Pitching for trouble
Steve Waugh and Mathew Hayden examine the MCG pitch
Australia's facile nine-wicket victory at the MCG was marred by a brewing controversy about repairs made to the pitch ahead of the final day's play. Mike Procter, the ICC match referee, attempted to brush it off as a non-issue - "There was nothing malicious about it" - but there was considerable angst in certain quarters about the curator's decision to replace a lump of soil the size of two fifty cent pieces, and that too on a spot which was a good length for the left-arm pace bowler to bowl to a left-handed batsman.
Sourav Ganguly, however, left nothing to the imagination when asked what he thought about the incident. "I would rather not comment on it," he said at a post-match press conference. "You all [journalists] saw it. You know what is right and what is wrong. The laws are pretty clear on this. Pitch tampering is not allowed."
"I was one of the first on the field in the morning," said Procter, "and I noticed that there had been some repair work. Billy Bowden confirmed that, and David Shepherd explained to Tony Ware [the curator] that he wanted to start play with the pitch in exactly the same condition as when play had ended yesterday."
When asked if he was surprised by a Test-match curator doing such a thing, Procter said, "I was a little surprised, yes. But apparently, a lot of debris is swept off the pitch each day. It's a grey area as far as the ground staff sweeping the pitch are concerned."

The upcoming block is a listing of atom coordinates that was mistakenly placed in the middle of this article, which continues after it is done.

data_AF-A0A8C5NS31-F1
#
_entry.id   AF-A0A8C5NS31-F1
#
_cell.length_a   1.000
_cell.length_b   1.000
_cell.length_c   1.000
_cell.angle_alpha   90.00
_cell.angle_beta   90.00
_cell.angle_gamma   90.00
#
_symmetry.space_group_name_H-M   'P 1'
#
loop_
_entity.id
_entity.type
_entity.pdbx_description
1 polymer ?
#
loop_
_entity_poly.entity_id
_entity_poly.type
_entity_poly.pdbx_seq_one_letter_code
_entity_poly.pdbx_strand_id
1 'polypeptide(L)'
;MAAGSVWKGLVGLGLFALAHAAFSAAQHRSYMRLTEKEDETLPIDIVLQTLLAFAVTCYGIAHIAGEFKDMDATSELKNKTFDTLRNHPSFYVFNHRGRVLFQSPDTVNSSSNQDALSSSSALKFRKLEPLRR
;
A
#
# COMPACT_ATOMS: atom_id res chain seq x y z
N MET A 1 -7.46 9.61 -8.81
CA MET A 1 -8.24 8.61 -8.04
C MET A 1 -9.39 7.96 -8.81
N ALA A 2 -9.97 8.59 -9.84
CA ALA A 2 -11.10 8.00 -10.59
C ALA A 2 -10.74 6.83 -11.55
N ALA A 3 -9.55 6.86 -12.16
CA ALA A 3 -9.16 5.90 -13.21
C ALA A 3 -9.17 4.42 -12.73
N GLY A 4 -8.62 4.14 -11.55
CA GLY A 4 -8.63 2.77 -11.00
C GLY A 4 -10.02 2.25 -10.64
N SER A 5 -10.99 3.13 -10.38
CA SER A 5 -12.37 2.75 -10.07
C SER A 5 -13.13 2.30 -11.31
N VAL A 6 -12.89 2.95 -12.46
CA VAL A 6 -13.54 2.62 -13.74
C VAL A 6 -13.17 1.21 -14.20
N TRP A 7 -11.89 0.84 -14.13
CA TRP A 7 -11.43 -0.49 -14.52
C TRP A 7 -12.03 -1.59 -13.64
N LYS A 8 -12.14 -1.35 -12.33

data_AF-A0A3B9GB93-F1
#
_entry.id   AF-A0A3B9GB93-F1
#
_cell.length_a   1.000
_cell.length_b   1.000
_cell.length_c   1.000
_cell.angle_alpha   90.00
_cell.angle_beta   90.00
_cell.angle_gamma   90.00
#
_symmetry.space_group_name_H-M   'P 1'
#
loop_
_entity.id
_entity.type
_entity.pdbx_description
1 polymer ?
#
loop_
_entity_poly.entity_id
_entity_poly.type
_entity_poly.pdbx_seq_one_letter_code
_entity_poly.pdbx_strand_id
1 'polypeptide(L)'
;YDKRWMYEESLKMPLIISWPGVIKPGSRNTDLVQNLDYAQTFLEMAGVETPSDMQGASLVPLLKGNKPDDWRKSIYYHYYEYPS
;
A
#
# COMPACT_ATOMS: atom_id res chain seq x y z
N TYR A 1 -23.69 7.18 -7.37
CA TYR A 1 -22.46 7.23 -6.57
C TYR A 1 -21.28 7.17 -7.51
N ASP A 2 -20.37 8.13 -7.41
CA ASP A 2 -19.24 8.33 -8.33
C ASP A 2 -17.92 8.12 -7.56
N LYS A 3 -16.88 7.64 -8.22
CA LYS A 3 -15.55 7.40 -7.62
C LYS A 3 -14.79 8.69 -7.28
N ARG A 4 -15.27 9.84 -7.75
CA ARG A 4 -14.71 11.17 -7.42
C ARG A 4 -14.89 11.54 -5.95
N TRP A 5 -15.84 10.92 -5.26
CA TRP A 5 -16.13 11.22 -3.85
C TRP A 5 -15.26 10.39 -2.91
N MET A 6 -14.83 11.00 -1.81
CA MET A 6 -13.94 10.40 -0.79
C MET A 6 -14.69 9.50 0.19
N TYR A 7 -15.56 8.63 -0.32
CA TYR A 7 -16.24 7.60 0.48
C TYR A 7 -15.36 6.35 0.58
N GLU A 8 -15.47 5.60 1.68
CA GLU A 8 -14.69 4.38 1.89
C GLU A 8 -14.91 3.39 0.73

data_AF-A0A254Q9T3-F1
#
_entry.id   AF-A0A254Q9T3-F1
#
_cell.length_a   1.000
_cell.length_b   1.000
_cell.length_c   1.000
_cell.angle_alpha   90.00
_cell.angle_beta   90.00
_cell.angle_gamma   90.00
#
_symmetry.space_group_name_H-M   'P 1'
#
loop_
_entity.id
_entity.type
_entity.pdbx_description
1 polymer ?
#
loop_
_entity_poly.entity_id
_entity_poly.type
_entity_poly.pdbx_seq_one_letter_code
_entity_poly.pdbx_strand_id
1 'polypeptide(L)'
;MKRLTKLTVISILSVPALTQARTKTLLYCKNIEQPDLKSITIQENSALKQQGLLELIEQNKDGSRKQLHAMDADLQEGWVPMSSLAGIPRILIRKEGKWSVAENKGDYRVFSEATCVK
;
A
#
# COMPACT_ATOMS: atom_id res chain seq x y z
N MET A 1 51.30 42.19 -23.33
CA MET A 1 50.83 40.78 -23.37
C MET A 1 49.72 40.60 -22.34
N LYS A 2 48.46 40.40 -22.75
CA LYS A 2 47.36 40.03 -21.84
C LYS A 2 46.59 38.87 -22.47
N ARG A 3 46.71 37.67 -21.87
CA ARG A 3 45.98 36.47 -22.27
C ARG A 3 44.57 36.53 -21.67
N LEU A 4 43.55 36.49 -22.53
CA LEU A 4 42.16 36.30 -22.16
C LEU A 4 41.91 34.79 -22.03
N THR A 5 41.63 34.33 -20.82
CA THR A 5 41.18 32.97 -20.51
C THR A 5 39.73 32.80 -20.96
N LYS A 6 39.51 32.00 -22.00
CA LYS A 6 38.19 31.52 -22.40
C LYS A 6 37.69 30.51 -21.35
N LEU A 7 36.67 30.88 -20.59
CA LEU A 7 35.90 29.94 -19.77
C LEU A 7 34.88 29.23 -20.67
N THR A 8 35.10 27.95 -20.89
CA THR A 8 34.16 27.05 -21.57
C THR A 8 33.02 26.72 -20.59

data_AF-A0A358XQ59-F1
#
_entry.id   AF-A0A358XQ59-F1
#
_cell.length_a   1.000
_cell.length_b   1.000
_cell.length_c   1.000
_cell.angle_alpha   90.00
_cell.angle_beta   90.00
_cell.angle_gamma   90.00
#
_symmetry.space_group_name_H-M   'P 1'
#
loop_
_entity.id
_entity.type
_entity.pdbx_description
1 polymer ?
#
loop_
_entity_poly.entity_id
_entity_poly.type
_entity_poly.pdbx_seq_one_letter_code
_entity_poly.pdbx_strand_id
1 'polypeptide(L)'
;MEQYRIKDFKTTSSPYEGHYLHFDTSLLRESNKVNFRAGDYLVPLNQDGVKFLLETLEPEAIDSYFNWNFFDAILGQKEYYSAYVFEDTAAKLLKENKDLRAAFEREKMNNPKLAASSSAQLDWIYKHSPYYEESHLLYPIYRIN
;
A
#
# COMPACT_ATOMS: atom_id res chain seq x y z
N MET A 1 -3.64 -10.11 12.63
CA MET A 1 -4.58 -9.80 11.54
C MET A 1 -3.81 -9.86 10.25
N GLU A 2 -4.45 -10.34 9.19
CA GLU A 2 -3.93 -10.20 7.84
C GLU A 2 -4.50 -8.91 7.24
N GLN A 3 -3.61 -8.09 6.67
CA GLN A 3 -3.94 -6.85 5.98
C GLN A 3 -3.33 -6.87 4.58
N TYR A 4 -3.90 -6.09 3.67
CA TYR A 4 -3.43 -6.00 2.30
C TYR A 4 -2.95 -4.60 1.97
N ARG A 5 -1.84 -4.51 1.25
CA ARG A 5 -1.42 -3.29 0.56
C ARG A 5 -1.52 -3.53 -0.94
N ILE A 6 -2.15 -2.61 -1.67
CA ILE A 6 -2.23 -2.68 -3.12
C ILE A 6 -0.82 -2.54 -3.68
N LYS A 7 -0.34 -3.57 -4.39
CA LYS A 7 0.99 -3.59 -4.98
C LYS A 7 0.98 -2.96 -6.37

Prodded for more details, Proctor said that while brushing away debris, a piece had been replaced, using similar soil and a binding agent, maybe water. "When the umpires asked Tony to remove it, he did that promptly. There was nothing untoward about the whole thing."
Steve Waugh said that he hadn't realised what was going on until after the game, while Ganguly merely smiled enigmatically and refused to be drawn on the issue when asked. Proctor said that he had spoken to Ganguly - "he showed some concern at first, but when I explained what had happened, the Indian team was quite happy with it" - and that as far as he was concerned, the matter was now closed. "I will lodge a report with the ICC, but there's really no problem at all."
The laws regarding pitch-tampering are pretty clear, and there will more than likely be considerable innuendo over the next few days regarding what the reaction might have been had such an incident occurred in India or Pakistan. Different shades of grey for different folk? Only the ICC can answer that.
Dileep Premachandran is assistant editor of Wisden Cricinfo in India. He will be following the ream throughout the course of the series.